I would love more books to include disability and difference. It would be wonderful for educators to shine more light on families like ours, so others have more understanding and acceptance. Our family has had to fight for basic support needs, and some of that could have been avoided with better understanding. It is also a great comfort to connect with others on similar journeys and one of the easiest ways to do this by is reading books that discuss this. I believe such books should be readily accessible no matter your age.
Q: Helping to address educational inequality is Books2All’s reason for being. From your perspective, how diverse is our blog, and are there any new topics that you think we should cover?
I have been looking at the blog and can see you have covered many varying topics, which is great. I love to see disability topics highlighted, and I would like to discover more about accessible books in all formats. I think it’s great that your blog includes mental health topics too because this is such an important area to address.
Q: 1 in 8 schools across Britain do not have a library – have you had experience of the educational inequality within the school system or met anyone who was?
I have spoken to many people who have experienced this within the school system, which is a great shame. When I published my book, I wanted to share our story and encourage people to enjoy the power of a good book. I encouraged people to reach out if they couldn’t afford a copy, and I also placed some books at local support groups, where they could be loaned out. Libraries are a valuable resource for us, and I firmly believe every school should have one.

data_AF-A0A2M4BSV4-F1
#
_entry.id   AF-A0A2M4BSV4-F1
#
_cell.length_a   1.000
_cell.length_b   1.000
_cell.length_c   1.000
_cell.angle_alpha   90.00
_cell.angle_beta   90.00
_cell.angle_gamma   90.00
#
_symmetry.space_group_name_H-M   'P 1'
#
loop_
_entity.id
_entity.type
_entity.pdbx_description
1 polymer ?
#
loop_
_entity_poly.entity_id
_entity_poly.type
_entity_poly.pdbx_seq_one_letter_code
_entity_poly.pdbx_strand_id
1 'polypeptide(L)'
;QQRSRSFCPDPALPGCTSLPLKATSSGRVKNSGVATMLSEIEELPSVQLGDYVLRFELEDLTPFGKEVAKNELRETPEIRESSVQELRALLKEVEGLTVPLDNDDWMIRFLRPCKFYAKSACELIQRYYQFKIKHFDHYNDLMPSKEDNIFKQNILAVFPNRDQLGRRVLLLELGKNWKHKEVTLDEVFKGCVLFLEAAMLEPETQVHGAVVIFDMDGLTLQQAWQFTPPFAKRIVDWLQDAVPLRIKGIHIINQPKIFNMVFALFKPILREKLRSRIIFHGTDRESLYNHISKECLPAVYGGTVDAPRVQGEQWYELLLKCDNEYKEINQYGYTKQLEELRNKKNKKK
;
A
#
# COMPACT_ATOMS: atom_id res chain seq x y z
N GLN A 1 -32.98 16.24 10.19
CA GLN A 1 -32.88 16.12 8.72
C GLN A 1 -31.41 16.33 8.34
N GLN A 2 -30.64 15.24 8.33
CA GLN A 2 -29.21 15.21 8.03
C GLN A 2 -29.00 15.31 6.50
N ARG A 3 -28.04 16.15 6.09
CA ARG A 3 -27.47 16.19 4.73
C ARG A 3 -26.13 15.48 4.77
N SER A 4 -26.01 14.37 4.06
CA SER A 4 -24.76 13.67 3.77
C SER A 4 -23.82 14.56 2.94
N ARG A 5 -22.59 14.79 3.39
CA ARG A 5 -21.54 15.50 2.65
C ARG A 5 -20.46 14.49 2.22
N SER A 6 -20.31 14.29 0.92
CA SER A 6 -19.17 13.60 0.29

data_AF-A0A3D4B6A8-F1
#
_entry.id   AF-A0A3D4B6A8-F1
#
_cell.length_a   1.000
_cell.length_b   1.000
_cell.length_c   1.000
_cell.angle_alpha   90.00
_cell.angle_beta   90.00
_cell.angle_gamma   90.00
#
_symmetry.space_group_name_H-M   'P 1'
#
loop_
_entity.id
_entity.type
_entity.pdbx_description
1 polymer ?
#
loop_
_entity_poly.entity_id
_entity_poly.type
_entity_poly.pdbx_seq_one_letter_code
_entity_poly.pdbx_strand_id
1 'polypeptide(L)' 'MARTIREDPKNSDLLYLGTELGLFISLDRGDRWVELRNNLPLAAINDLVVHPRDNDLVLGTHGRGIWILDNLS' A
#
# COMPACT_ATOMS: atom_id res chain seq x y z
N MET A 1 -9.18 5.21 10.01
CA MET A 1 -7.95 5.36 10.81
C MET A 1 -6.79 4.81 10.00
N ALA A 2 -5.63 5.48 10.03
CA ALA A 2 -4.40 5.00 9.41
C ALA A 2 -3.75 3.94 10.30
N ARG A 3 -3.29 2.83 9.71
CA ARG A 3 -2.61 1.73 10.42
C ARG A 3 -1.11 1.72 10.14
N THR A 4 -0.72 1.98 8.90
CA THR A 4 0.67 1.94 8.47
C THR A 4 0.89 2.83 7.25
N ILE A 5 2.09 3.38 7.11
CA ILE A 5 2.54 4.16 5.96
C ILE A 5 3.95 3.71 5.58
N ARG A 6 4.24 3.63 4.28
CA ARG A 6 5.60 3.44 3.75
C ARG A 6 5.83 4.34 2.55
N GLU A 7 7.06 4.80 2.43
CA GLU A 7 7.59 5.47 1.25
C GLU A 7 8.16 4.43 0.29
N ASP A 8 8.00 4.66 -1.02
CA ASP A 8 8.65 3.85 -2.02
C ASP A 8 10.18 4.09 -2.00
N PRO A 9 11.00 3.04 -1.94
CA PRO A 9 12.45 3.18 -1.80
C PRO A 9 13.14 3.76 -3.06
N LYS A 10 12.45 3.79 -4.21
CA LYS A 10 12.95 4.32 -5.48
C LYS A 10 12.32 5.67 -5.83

Q: What book or books do you think all children in schools should be given to read?
As I spoke about earlier, I think children need to be reading about disabilities and differences to encourage a more inclusive world. My two daughters love going to school and talking about our family and how their brother experiences the world. It would be so great for them to access books where they can relate to the characters. It really does help open up conversations too.
Q: Ok, so the final question Carla Golledge – if all the libraries in the world were burning and you could only save three books, what would they be and why?
I absolutely loved reading Roald Dahl’s books as a child, my favourite being Matilda, so that would be a must. I would also have to save Julia Donaldson’s The Gruffalo as each of my children loves this, and I’m pretty sure it’s a firm favourite all around! For myself, I’d have to save Helen Keller’s The Story of My Life from the fire because this is such a powerful story that needs to be read on a topic I am so passionate about.
Thank you for visiting our blog. Our vision here at Books2All is a world where every child finds the books that help them reach their true potential. If you have spare books in good condition at home that you think might be appropriate for school children or represent a school and would like to register to receive donated books, please download the Books2All app from the App Store or Google Play.